But while I put Cain second in performance, I’m still not sold on his staying power. Most of his bullet-point answers came with three points – and as S.E. Cupp pointed out hilariously, he only got to three points of a four-point answer – and while he’s good with a quip, it’s not clear yet (because he’s so new on the scene) if there’s any depth behind them. As one member of the Luntz Bunch described him, “Talking points, no real solutions.”

This is not to say Cain can’t win. I’m only pointing out that for a man who has never run a successful political campaign, the 18-month run-up to November 2012 is going to present a lot of challenges. His ability to solve those challenges will prove if he’s capable of winning the nomination.

3. Rep. Ron Paul (TX) – It was a very Ron Paul-ian performance by the Texas Libertarian. He brought the house down with his discussion of the legalization of heroin and prostitution, a stance that seemed to irk the South Carolina GOP (unfortunately I’ve lost the link to that story). Paul drew several rounds of applause, including for advocating for the withdrawal of US troops from Afghanistan.

Paul is an interesting voice in the GOP race. He helps drive the discussion in ways that are important if uncomfortable for the Republicans. This current batch of GOPers advocate for getting government out of the way and out of our personal lives, but they only seem to mean it when it comes to the financials. Paul is willing to take it much farther, advocating for not only heroin and hookers, but also for allowing gays and lesbians to marry. If the Republicans hope to snare independents and moderates who are fiscally conservative and socially liberal, Paul is the man who can help them do it. Paul’s views are seen by many as eccentric and “out there,” leaving him unlikely to win. But maybe he doesn’t have to. Maybe it’s enough to drive the debate in different directions.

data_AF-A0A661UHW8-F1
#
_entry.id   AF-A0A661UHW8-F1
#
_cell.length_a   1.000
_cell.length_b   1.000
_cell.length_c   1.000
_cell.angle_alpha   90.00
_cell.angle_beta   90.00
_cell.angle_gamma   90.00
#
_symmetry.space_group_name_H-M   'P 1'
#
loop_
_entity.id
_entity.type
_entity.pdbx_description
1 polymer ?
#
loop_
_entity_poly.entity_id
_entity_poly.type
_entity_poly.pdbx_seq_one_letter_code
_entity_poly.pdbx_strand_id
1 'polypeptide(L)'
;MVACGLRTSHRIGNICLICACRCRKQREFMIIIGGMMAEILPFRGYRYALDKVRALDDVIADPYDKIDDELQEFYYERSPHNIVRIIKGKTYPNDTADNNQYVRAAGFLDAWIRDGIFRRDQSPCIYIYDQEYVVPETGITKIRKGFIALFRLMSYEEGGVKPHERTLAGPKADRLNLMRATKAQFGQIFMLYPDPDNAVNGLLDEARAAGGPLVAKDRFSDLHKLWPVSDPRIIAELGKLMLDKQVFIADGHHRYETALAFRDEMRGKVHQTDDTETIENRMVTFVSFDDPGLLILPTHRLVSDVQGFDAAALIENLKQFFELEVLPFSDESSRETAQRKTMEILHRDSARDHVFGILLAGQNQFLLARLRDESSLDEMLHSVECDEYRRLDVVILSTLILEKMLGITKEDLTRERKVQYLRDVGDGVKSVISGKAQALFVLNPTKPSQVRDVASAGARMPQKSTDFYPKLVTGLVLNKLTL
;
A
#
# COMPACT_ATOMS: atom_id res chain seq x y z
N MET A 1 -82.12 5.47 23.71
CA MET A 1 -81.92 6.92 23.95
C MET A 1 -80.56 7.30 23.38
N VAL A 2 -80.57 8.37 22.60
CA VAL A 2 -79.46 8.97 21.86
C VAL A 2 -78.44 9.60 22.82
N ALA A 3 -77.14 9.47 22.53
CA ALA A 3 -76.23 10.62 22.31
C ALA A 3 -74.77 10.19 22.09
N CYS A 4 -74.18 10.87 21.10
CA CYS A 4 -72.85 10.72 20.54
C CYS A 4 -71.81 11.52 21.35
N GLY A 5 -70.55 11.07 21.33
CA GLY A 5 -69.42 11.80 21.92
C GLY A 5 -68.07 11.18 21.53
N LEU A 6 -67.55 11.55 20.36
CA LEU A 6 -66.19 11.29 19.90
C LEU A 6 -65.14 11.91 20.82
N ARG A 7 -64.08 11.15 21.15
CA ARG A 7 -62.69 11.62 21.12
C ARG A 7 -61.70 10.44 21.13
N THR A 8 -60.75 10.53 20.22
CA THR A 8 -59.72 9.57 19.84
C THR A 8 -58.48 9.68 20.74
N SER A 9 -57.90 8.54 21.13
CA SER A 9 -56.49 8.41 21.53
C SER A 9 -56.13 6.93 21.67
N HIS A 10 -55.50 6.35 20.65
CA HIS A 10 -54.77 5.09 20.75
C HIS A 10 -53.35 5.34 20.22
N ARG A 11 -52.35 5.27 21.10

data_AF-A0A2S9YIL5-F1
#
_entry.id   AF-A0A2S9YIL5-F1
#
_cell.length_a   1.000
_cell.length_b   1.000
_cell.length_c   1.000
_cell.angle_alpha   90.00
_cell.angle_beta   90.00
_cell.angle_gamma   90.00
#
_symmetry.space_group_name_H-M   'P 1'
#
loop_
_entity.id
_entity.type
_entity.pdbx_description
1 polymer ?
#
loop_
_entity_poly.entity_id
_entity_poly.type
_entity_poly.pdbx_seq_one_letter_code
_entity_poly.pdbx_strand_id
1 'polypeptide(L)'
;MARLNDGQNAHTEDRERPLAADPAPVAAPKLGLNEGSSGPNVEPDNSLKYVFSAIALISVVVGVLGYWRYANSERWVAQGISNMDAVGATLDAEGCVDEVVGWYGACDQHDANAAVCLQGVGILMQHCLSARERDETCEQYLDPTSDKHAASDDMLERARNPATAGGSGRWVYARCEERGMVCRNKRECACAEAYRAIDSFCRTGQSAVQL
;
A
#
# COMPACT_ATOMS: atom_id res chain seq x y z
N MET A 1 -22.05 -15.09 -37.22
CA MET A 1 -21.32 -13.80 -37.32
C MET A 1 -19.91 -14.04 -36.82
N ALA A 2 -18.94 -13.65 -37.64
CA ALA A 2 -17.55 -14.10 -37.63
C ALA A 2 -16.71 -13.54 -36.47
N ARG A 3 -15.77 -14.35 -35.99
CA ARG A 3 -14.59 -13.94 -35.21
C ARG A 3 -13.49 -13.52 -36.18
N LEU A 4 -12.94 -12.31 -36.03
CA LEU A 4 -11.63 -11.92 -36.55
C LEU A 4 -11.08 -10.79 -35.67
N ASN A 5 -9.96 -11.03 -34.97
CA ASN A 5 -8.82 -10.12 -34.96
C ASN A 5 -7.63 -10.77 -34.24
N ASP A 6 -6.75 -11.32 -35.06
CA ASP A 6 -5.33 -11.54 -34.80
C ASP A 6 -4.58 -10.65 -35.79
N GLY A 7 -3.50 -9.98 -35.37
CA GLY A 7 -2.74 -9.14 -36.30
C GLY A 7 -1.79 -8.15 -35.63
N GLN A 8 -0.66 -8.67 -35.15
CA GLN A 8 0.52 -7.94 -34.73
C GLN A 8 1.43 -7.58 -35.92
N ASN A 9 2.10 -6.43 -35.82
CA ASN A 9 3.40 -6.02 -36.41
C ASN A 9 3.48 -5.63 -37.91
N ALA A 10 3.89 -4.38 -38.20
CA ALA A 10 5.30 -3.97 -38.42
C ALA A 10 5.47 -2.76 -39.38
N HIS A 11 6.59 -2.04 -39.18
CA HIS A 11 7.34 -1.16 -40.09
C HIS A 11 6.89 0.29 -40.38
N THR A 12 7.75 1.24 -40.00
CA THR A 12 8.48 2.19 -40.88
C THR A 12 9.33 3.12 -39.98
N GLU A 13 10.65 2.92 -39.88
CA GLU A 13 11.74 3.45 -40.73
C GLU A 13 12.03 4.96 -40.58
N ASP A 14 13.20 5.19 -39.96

4. Sen. Rick Santorum (PA) – Santorum is, as The Root contributor David Swerdlick says, what a GOP candidate would look like if you had to “concoct the stereotypical Republican candidate in a science lab.” T-Paw gets the knock for being boring only because of the distaste Santorum’s conservative social views have stirred up (if you have a really, really strong stomach, Google the word “Santorum” to see the sexual neologism created after he went on record comparing homosexuality to bestiality and pedophilia). Santorum was as plastic as can be expected in the SC GOP debate, landing no wild haymakers but drawing nice rounds of applause for being, well, Rick Santorum. The JV game suits Santorum well. He’s not ready for the varsity game, though.

5. Gov. Gary Johnson (NM) – Poor Gary. He seems like a nice enough guy, but he was clearly out of his comfort zone in this debate. His elbows were pinned to his ribs and his hands spent most of the night nervously rubbing against things. Those tics made it hard for me to hear his message, which I understand is the “far out” right (he’s made no secrets of marijuana use). The only other thing I’ll remember about Johnson is line, delivered early on in the proceedings:

“Hey, there’s been like nine questions for these guys and none for me.”

Sorry, Gary. You weren’t doing much with the opportunities anyway.

The next chance for the Republican field to create some Cain-esque buzz – and for Cain to keep it rolling – is just about a month away. CNN and WMUR are co-sponsoring a debate June 13. It will air at 7 p.m. (Central) on CNN.